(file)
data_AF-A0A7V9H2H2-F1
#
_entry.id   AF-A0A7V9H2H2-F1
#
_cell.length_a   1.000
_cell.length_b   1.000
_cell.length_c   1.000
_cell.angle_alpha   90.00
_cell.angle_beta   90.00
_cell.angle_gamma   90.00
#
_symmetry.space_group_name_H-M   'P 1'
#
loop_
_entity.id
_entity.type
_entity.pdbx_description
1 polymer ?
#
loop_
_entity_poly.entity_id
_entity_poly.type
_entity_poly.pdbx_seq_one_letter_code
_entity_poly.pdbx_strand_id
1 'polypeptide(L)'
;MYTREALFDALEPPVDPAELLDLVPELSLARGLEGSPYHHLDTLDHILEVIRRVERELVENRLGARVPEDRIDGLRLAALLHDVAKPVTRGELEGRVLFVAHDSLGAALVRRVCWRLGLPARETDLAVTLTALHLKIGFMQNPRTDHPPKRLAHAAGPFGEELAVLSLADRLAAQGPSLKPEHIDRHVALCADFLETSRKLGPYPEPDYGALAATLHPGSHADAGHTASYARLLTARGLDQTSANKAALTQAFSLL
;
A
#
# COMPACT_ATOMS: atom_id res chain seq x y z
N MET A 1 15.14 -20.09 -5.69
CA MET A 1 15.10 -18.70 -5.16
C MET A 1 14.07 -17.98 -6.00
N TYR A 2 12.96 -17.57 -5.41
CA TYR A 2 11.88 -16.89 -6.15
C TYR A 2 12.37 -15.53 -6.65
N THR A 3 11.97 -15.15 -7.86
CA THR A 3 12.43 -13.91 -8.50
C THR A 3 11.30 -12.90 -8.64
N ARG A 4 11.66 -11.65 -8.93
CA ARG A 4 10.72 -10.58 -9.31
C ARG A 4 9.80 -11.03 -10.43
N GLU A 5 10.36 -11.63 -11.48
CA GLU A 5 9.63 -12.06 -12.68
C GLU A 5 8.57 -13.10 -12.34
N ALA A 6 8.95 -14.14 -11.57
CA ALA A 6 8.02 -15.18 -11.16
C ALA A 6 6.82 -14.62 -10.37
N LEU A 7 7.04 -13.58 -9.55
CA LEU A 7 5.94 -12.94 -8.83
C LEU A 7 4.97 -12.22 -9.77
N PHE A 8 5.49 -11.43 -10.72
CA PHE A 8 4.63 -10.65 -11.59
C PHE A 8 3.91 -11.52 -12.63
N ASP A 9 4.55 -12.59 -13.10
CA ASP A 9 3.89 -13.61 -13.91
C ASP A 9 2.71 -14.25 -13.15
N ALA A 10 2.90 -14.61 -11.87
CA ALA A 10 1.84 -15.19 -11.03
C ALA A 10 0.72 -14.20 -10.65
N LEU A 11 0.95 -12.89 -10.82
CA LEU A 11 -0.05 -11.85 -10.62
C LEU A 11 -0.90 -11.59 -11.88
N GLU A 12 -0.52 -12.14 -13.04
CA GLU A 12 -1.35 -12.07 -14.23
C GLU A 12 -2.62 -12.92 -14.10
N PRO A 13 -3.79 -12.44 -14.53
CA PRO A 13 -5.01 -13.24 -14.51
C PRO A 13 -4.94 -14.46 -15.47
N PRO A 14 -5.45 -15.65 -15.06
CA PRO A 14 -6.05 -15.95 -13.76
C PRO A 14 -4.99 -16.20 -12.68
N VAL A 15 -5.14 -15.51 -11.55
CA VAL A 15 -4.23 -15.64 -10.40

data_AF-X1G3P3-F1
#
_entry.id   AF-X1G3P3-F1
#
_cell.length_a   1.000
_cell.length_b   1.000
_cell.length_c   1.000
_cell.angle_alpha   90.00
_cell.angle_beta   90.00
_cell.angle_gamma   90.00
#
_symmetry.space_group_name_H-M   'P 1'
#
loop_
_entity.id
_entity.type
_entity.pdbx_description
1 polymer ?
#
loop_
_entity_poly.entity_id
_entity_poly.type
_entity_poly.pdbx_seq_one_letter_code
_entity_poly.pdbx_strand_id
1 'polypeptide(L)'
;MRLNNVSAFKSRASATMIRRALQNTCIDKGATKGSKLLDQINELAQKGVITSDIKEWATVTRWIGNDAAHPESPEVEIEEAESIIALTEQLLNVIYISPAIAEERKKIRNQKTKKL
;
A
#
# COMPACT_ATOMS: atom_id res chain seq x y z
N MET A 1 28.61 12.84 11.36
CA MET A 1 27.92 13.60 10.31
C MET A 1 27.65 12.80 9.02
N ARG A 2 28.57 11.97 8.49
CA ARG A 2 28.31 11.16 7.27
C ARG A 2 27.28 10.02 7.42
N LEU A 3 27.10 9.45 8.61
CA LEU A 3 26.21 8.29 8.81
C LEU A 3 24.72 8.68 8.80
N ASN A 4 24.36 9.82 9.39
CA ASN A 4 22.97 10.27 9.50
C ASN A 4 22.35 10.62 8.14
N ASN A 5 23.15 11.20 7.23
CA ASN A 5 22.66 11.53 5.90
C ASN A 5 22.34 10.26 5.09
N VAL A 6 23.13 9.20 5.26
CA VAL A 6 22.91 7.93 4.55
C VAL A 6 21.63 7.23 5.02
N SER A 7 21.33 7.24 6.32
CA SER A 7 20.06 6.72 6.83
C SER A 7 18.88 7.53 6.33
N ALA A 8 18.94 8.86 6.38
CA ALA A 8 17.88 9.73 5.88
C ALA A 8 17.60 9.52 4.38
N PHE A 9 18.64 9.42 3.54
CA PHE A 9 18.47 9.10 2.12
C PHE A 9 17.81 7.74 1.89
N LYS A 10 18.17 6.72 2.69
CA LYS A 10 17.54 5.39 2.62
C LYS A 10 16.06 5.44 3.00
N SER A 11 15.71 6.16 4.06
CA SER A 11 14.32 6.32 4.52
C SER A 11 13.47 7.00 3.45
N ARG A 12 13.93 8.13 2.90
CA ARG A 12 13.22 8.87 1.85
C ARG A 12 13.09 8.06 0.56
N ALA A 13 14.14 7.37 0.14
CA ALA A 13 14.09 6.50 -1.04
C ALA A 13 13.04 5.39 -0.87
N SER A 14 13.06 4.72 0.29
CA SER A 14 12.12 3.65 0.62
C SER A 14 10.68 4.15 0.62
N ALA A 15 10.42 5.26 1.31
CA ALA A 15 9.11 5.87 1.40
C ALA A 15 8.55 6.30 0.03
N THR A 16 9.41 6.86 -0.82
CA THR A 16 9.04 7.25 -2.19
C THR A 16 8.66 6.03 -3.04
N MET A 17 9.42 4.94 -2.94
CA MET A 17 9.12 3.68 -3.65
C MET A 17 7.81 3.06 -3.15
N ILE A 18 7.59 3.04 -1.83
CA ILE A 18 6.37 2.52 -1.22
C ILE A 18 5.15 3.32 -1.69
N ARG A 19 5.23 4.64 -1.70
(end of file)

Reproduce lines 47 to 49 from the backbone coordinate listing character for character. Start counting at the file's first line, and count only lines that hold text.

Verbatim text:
CA ALA A 6 8.02 -15.18 -11.16
C ALA A 6 6.82 -14.62 -10.37
N LEU A 7 7.04 -13.58 -9.55